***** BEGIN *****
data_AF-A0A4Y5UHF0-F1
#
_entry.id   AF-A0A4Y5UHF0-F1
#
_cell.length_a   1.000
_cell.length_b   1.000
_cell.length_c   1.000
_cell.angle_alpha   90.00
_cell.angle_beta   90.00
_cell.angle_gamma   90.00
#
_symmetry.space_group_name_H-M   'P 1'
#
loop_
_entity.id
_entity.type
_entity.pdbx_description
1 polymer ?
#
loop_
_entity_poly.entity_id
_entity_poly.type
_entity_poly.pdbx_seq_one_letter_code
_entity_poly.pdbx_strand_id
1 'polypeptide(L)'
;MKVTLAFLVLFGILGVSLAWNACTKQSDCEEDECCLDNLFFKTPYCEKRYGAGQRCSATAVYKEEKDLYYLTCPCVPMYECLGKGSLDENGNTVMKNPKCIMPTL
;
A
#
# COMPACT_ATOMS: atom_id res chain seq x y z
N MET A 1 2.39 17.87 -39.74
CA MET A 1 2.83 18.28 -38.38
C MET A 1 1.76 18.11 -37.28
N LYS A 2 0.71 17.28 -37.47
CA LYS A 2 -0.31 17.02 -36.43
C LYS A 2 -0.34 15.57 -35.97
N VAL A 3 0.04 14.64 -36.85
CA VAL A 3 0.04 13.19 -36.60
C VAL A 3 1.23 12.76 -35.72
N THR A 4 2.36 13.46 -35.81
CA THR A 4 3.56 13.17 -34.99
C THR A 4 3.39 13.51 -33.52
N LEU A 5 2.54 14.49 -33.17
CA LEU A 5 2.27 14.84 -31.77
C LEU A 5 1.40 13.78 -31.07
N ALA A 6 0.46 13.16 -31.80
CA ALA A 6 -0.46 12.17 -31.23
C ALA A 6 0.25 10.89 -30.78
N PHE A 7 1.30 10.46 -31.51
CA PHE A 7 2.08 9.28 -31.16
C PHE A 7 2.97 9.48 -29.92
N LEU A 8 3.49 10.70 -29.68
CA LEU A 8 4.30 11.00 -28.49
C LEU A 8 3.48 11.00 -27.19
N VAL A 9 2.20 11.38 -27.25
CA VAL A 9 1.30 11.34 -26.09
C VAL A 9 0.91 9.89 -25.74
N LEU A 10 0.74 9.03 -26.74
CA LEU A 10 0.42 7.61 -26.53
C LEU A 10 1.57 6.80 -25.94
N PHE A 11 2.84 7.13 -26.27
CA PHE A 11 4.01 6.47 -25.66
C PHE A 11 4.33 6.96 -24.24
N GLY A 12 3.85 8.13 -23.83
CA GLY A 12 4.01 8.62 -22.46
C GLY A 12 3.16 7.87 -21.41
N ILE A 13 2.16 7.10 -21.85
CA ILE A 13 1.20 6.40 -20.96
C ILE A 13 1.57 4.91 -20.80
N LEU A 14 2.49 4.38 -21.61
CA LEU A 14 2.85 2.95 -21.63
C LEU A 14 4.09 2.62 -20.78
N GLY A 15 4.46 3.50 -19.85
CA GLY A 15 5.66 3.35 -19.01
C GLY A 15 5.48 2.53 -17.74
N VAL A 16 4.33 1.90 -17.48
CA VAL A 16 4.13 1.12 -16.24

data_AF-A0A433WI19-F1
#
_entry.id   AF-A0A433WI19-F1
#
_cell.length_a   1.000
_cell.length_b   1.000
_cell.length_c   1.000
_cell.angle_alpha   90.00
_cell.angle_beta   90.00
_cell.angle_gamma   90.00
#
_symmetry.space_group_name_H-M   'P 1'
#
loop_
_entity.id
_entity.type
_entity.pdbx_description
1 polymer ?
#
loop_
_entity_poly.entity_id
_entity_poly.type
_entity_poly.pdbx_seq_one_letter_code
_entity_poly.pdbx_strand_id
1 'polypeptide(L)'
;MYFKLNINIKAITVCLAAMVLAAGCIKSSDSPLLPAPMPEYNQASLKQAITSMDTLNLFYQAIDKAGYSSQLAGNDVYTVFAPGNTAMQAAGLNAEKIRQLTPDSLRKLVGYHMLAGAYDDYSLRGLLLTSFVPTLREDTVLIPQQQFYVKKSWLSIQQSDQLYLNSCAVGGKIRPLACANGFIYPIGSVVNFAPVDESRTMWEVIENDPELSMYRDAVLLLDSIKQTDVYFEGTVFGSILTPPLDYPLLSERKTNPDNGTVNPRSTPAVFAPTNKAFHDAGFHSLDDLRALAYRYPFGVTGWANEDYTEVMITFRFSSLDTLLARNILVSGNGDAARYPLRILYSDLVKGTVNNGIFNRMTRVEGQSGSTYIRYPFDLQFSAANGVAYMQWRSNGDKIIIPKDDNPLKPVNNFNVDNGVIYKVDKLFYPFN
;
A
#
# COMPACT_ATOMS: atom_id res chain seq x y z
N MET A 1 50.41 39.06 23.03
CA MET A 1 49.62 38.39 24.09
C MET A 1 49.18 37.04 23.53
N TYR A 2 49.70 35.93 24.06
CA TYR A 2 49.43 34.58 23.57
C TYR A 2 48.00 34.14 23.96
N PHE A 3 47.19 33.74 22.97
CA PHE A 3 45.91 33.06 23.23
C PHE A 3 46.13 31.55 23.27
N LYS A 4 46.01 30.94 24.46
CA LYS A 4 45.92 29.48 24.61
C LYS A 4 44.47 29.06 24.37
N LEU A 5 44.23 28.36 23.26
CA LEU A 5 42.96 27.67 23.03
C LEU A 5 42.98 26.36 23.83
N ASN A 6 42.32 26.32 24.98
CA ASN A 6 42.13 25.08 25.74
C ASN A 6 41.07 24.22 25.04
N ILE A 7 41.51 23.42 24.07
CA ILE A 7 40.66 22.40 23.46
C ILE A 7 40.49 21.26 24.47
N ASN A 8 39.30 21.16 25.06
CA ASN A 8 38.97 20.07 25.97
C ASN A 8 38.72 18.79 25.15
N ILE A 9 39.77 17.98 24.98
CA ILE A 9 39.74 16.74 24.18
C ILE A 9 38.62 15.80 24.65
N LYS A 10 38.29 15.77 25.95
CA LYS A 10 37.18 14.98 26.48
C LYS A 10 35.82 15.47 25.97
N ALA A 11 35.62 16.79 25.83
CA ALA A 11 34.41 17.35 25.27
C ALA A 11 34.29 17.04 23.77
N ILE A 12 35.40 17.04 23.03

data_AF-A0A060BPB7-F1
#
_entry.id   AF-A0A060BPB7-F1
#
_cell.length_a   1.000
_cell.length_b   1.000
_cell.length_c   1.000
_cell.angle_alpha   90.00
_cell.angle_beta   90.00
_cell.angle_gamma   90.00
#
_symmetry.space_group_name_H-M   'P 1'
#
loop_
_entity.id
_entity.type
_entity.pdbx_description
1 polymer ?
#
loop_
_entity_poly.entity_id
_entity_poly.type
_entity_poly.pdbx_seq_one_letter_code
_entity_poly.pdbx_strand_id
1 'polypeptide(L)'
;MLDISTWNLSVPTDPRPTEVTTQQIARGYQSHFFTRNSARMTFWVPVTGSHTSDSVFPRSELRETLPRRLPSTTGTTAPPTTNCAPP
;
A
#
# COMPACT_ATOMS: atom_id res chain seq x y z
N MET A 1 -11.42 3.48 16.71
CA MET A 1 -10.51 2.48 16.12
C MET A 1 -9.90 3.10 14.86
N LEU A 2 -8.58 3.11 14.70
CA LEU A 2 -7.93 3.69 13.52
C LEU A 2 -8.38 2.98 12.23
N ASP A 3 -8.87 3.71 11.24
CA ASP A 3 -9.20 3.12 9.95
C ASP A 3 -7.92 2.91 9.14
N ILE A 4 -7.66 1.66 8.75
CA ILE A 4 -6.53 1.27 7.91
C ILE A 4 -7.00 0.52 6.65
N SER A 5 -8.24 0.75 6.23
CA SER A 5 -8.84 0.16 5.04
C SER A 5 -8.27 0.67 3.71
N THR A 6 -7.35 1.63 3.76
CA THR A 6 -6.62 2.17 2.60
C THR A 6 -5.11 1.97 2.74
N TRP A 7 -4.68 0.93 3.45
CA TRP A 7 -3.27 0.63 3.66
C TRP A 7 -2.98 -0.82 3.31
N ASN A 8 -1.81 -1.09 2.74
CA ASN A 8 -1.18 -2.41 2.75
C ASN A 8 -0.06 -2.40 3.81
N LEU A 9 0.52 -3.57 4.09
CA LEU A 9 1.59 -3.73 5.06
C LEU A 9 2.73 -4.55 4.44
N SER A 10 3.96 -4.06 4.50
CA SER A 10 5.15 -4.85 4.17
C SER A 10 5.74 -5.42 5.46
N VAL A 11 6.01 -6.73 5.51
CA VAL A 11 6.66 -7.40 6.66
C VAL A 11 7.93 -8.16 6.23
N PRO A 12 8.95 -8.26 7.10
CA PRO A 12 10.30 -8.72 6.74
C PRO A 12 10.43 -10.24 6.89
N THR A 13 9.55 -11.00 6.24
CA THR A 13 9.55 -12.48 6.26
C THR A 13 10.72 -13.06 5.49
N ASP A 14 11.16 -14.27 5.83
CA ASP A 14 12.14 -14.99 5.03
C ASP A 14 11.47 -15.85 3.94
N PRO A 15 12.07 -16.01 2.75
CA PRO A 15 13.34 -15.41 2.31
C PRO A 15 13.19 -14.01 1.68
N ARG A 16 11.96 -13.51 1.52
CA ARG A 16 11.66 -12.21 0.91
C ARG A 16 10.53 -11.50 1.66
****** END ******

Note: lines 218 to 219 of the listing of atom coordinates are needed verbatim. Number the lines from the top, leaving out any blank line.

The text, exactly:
CA ARG A 16 11.66 -12.21 0.91
C ARG A 16 10.53 -11.50 1.66